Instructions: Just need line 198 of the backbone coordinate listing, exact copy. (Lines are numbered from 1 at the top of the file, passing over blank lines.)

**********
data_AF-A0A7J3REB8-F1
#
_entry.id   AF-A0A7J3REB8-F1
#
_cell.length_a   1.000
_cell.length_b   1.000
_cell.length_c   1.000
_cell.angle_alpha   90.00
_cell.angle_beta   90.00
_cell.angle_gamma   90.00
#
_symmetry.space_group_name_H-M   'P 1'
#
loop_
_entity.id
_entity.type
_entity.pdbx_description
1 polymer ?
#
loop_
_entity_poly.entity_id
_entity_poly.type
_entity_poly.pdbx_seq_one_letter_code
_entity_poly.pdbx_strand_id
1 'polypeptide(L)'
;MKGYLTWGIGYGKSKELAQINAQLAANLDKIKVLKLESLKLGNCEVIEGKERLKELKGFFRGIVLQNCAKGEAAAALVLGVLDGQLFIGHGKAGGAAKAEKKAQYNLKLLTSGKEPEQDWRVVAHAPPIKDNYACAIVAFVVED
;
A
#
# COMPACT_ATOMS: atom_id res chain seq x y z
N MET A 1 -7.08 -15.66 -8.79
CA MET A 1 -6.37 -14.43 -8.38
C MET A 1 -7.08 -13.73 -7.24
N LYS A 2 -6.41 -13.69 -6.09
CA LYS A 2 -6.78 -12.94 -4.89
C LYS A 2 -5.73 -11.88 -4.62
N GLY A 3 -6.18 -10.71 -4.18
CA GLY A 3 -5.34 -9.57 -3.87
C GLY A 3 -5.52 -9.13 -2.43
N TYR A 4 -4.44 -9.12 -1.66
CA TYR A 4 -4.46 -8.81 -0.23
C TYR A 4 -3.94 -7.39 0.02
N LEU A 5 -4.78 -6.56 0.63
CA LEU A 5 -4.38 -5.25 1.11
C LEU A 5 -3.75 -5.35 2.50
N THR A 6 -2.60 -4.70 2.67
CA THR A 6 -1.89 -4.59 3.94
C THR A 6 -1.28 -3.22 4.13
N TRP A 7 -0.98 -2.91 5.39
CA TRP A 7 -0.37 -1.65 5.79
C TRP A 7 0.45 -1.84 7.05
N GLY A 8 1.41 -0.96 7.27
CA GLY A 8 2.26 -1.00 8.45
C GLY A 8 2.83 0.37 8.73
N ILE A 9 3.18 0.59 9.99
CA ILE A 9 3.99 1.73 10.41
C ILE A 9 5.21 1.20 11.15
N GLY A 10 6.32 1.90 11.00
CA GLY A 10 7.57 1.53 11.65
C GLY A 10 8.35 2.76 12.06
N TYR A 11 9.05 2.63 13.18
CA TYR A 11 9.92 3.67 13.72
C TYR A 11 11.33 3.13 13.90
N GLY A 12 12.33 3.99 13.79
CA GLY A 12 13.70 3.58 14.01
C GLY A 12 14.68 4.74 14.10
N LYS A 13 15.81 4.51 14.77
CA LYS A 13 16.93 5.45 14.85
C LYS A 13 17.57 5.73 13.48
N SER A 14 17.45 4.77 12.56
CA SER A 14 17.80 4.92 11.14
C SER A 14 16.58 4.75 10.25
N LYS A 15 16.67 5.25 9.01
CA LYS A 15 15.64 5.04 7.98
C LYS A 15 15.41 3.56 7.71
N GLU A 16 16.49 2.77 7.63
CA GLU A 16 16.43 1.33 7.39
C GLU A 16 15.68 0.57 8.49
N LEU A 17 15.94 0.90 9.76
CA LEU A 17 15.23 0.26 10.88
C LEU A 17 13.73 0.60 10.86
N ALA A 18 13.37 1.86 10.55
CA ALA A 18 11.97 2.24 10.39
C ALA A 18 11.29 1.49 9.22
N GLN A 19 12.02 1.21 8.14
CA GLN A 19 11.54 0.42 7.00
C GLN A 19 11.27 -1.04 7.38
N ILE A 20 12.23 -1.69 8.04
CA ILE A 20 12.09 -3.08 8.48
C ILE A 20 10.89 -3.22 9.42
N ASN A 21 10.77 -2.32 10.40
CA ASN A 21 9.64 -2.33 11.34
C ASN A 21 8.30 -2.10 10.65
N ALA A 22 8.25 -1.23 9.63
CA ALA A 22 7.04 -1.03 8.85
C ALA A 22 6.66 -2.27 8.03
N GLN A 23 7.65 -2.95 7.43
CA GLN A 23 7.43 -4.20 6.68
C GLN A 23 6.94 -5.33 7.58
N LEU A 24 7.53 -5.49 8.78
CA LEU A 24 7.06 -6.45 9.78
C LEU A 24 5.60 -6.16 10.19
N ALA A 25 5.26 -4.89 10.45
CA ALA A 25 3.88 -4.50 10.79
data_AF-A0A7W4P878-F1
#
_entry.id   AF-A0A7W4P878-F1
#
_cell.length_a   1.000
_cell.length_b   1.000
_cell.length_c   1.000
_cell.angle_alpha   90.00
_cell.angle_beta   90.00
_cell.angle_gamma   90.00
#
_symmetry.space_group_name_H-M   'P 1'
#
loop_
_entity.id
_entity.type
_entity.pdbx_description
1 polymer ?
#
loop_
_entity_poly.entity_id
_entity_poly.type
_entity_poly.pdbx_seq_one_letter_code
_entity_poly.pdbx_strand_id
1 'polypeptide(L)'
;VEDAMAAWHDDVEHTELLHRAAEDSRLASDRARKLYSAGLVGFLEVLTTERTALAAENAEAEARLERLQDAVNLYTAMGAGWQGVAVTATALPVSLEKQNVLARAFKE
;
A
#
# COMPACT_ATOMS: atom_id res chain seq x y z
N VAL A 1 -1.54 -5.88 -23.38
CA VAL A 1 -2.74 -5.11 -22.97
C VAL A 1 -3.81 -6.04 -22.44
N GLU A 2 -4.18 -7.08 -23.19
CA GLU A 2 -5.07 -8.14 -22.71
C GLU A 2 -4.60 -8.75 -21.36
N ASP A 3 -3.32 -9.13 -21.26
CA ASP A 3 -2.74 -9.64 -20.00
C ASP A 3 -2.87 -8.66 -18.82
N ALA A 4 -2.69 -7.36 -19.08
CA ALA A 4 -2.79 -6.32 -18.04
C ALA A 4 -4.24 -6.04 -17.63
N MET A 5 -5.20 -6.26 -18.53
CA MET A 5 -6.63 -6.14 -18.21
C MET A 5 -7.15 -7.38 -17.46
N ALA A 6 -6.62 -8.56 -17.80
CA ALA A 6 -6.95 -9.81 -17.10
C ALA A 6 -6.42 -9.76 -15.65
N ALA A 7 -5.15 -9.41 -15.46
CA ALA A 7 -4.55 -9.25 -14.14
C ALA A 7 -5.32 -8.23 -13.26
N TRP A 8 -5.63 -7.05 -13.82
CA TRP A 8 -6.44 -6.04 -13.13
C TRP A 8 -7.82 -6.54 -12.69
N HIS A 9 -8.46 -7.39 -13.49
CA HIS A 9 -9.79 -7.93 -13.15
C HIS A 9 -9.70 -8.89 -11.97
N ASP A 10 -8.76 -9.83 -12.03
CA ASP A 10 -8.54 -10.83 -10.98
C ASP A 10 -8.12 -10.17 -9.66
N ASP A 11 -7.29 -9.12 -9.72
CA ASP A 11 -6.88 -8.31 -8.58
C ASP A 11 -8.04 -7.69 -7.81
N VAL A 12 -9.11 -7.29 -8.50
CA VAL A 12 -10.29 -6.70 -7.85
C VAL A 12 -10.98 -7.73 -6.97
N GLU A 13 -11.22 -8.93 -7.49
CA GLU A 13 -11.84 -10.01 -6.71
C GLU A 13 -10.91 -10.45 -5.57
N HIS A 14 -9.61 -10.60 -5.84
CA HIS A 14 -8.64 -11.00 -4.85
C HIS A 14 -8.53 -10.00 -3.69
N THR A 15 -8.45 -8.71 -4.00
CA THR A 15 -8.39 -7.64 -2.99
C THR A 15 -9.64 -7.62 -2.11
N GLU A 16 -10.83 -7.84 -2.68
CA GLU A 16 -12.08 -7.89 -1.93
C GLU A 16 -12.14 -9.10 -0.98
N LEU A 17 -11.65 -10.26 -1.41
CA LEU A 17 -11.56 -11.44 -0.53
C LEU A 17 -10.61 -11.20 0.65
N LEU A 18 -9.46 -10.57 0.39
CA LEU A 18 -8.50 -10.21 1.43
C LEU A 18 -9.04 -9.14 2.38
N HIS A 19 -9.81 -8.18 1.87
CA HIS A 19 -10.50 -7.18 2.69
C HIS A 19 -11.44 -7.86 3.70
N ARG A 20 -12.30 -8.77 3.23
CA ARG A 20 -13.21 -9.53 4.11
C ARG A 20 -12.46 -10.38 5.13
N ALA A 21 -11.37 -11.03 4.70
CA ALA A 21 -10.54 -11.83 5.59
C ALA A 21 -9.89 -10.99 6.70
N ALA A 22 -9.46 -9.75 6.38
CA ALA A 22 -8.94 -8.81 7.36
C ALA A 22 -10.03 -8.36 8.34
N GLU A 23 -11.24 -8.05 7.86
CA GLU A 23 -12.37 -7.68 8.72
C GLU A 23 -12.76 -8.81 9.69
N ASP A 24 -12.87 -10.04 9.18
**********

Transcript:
N ALA A 22 -9.46 -9.75 6.38